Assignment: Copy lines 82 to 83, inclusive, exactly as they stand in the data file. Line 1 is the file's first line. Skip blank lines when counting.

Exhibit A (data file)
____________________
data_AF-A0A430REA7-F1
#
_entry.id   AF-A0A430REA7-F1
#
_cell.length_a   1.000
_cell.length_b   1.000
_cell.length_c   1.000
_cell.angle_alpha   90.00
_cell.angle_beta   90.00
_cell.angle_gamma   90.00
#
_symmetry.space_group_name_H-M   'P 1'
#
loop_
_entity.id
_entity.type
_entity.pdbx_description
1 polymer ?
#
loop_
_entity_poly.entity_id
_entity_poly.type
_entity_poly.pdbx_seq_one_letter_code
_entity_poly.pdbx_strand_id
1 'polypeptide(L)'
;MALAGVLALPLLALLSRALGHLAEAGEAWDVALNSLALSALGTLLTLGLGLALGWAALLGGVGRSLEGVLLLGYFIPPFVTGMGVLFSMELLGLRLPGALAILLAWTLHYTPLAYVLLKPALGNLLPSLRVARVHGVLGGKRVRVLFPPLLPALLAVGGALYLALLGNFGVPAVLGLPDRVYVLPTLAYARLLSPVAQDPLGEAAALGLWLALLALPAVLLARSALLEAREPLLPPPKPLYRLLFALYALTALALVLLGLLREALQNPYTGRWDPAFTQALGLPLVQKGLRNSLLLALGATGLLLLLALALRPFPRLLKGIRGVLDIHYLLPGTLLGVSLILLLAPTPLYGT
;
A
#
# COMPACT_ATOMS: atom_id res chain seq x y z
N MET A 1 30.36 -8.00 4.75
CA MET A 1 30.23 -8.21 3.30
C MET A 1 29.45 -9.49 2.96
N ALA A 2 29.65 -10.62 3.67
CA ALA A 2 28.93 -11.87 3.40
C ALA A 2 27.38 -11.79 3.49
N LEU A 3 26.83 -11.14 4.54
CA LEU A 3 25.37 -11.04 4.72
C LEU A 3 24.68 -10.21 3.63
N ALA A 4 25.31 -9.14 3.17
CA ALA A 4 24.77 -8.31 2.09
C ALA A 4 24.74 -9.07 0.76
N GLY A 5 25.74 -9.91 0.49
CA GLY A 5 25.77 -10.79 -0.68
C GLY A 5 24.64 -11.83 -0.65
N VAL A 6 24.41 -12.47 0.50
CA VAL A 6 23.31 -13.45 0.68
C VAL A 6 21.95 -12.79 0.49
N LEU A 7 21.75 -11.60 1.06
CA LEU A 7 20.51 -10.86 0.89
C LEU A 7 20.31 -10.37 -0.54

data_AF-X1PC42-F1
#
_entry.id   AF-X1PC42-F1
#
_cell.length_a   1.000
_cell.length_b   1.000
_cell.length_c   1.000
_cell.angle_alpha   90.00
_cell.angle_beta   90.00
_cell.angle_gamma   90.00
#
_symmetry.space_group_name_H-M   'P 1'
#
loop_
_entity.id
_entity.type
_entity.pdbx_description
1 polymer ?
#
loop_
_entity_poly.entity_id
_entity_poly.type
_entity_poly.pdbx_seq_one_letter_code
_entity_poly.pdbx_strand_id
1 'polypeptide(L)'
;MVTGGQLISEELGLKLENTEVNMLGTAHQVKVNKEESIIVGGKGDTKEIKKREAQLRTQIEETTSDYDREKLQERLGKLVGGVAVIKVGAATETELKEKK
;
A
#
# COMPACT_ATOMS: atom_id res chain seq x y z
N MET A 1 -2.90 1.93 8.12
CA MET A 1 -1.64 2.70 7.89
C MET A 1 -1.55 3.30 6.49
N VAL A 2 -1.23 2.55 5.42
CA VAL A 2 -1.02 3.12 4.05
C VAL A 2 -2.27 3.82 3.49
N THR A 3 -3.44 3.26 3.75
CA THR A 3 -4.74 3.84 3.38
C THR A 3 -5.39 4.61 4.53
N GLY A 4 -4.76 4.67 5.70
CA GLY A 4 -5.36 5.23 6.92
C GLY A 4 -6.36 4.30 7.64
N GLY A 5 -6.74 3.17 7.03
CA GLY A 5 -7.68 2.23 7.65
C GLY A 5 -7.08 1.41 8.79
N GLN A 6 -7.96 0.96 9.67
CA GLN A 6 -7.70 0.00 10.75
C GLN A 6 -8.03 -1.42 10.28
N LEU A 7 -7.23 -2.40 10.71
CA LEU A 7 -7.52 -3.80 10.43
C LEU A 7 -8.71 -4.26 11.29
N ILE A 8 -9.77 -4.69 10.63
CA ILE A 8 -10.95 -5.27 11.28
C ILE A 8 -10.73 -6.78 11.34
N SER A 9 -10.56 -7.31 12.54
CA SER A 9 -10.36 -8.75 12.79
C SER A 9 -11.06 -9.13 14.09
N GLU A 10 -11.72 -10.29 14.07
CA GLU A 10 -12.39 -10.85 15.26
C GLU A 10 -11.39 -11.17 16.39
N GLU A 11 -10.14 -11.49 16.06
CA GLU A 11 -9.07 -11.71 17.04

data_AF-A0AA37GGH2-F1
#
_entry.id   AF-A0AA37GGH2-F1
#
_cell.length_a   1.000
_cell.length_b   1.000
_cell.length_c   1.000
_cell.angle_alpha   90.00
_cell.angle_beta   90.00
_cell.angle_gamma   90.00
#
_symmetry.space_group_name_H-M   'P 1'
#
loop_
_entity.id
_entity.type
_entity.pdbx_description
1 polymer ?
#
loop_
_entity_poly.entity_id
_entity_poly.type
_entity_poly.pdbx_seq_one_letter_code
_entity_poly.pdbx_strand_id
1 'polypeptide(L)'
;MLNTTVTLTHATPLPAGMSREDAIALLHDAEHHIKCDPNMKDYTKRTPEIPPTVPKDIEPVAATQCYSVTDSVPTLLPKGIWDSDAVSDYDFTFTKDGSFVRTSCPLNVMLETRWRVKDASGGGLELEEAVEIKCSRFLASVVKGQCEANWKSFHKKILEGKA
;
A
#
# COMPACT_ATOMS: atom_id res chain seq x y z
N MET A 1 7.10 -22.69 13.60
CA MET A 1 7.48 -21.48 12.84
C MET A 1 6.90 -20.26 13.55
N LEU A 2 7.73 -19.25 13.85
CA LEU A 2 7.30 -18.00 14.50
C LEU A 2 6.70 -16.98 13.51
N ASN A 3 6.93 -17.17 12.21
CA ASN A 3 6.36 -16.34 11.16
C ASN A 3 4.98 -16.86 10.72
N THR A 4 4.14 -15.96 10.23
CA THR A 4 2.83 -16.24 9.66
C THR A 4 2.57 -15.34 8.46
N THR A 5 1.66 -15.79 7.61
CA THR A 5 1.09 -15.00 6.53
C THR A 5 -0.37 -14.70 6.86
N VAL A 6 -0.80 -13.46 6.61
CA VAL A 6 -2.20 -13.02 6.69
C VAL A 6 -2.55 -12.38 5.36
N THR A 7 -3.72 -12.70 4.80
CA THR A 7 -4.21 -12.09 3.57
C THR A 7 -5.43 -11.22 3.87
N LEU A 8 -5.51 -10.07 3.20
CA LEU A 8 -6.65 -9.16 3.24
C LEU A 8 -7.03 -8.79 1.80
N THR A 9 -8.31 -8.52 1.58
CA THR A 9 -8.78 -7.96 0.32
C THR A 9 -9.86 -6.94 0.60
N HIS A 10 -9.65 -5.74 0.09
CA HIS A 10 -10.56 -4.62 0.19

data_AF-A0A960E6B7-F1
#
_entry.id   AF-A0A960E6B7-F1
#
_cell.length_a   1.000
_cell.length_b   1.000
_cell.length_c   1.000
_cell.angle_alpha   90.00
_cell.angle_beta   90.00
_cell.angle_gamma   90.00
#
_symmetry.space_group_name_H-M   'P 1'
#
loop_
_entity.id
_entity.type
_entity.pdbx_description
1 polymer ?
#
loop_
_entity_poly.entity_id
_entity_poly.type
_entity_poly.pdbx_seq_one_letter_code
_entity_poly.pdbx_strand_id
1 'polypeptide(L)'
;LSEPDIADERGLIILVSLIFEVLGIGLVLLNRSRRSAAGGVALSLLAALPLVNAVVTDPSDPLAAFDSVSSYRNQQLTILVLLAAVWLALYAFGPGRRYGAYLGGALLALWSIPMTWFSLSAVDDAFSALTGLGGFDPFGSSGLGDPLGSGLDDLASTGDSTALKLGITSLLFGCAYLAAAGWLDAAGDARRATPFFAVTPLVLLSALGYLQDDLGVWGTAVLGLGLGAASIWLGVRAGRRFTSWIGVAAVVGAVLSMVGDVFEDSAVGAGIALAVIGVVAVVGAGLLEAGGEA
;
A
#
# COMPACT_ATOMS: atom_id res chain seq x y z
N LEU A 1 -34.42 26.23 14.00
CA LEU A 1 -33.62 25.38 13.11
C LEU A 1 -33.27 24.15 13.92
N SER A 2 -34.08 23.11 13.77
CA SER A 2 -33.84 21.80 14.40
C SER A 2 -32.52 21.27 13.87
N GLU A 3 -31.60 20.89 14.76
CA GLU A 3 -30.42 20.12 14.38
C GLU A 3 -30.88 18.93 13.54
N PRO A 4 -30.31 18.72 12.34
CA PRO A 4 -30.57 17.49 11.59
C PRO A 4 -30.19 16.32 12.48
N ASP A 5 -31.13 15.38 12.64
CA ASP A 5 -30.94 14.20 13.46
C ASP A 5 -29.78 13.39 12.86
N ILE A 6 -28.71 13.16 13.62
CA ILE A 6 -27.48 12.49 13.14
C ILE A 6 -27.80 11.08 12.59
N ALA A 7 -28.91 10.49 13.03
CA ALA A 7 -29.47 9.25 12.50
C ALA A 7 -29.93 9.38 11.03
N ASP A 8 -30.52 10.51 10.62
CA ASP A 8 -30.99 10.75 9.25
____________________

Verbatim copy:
N MET A 1 -2.90 1.93 8.12
CA MET A 1 -1.64 2.70 7.89